A couple weekends ago, in a tune up for the big race, the track operators at The Circuit of the Americas organized an event that encouraged participants to speed around the 3.4 mile track as fast as they wanted to. On foot.
Billed as the “Formula Run” the race looked to me like the perfect way to get a great look at the track and facility without shelling out the big bucks for a weekend pass. It was also the ideal event to lure my son into running a race with me.
I’ve always wanted to run a race with Wilson. Even more so since I gave up my UT football season tickets. I’ve been in search of good kid/dad bonding outings. Most races I participate are 10k or longer. In the past that’s been too long for him, but since he took up cross country this fall it’s not as much of an obstacle. Add the element of a Formula One track, and it was an easy to sell to a 14 year old boy.
We lined up at the start with about six thousand fellow runners. The horn blew and we set off, climbing the 80 foot incline into turn one. As we cruised along with the crowd over the sticky, unblemished blacktop bordered in garish red, white and blue paint, it was all I could do not to make car sounds. Fog limited the views, but we were still able to get a sense of the sweep of the turns and the scope of the track.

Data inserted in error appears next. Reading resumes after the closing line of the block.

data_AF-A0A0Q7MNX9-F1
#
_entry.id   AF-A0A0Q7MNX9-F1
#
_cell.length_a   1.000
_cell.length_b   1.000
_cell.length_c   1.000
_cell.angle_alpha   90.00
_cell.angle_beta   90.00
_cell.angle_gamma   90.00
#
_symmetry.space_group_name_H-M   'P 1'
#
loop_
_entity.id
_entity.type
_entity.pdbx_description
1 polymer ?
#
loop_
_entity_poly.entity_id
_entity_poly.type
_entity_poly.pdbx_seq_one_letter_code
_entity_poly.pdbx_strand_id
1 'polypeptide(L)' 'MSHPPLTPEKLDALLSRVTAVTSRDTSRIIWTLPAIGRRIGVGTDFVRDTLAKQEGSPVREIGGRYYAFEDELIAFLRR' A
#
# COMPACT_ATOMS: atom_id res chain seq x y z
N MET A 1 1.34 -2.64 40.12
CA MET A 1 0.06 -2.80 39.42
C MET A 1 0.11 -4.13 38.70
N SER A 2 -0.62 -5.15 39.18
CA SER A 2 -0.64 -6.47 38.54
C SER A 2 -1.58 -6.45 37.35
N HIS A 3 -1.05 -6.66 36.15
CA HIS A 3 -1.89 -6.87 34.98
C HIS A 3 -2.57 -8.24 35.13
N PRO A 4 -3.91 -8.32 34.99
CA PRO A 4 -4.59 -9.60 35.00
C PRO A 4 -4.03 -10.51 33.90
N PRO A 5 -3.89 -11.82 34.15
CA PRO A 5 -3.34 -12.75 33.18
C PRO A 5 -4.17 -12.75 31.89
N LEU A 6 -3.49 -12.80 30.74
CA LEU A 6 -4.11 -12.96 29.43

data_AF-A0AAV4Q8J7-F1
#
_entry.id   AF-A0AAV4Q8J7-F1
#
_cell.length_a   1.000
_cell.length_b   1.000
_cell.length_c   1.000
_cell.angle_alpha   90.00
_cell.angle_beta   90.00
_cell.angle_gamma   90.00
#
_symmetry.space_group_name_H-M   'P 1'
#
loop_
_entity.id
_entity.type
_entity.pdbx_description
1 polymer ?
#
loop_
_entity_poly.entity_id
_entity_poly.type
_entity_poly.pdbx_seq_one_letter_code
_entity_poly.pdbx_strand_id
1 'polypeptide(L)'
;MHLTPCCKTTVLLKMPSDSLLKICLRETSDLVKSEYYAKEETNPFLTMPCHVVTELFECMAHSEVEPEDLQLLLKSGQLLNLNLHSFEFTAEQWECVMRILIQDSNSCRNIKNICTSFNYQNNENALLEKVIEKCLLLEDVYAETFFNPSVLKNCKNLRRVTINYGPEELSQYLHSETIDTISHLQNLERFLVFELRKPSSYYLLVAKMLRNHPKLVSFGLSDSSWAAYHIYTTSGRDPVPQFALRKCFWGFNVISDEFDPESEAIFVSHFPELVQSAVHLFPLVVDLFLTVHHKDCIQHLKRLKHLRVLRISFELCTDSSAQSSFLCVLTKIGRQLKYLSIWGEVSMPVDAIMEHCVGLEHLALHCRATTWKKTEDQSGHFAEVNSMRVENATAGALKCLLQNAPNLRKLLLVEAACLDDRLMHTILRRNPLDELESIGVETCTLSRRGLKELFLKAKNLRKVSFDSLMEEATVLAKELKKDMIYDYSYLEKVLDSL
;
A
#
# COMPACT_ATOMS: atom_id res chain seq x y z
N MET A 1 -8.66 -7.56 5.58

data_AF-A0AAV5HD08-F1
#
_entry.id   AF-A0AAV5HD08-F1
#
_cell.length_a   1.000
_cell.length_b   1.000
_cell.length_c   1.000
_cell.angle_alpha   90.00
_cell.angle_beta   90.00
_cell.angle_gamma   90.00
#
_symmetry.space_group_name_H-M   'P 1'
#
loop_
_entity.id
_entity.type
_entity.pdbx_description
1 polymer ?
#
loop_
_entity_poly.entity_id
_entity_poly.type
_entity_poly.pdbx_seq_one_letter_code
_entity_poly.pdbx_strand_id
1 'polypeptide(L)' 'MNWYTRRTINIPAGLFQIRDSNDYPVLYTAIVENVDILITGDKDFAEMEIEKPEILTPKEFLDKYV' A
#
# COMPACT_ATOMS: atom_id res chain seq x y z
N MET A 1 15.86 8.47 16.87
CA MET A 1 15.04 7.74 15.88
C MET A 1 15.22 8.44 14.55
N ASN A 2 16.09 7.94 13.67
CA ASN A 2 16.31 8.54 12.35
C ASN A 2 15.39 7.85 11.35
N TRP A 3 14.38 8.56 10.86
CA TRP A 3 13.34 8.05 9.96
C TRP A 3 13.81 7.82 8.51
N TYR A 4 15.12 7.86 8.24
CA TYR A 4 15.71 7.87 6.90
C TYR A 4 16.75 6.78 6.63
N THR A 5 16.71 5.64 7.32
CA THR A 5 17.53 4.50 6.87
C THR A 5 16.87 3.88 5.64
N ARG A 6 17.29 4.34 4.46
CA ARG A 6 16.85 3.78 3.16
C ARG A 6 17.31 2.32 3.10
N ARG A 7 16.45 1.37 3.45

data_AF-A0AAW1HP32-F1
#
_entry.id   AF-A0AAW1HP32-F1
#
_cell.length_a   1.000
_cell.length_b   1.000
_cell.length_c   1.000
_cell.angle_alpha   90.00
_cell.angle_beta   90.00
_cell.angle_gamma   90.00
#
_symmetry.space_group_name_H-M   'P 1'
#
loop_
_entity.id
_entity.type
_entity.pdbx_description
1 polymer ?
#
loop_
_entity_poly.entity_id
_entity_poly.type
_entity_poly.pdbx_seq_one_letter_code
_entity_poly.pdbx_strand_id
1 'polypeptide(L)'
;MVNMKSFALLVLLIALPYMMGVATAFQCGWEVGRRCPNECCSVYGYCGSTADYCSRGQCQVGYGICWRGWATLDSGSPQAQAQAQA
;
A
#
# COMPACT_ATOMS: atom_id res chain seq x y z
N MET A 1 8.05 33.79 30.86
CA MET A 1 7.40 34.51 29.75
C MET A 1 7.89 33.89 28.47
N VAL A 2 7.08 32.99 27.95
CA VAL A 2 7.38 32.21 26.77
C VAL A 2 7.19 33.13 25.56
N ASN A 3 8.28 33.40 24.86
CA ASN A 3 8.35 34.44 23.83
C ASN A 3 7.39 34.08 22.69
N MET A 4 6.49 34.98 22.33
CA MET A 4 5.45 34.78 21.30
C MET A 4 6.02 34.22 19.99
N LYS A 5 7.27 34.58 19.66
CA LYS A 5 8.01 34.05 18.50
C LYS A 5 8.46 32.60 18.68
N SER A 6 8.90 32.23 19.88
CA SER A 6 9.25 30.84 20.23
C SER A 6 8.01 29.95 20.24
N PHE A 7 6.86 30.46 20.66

Wilson and I ran shoulder to shoulder for about the first three miles, kidding that we wouldn’t let any father/son teams finish ahead of us. But when we rounded the final turn, and the finish line and grandstands came into sight, he dropped me like a bad habit and kicked to the finish.
As he pulled away, I couldn’t help thinking of it as a poignant metaphor of things to come. Less than four years until his high school graduation. Then comes an equal sense of panic as I contemplate the first college tuition bill arriving is less than 48 months. I’m no more ready for him to be gone than I am to pay for it.
When it comes to college tuition, the numbers are mind-numbingly astronomical and the possible outcomes overwhelmingly varied — private or public, what kind of aid would we be offered? The combination freezes me, sends me right into a financial torpor. In my darker moments, I think: by the time my third child graduates from college, we are bankrupt one way or the other — why save? Why not spend every penny now before the colleges get at it?
There seems no possible way to prepare.
Except to start.
I’ve been falling back on running as a metaphor a lot lately, and it may have to serve me again. Start small, make long range goals, be disciplined and have faith that results will come. That or hit the Powerball.
I look ahead at the canyon of grandstands and the arch of the finish line, Wilson barely visible in the distance, and I know one thing for sure — that the clock is not stopping.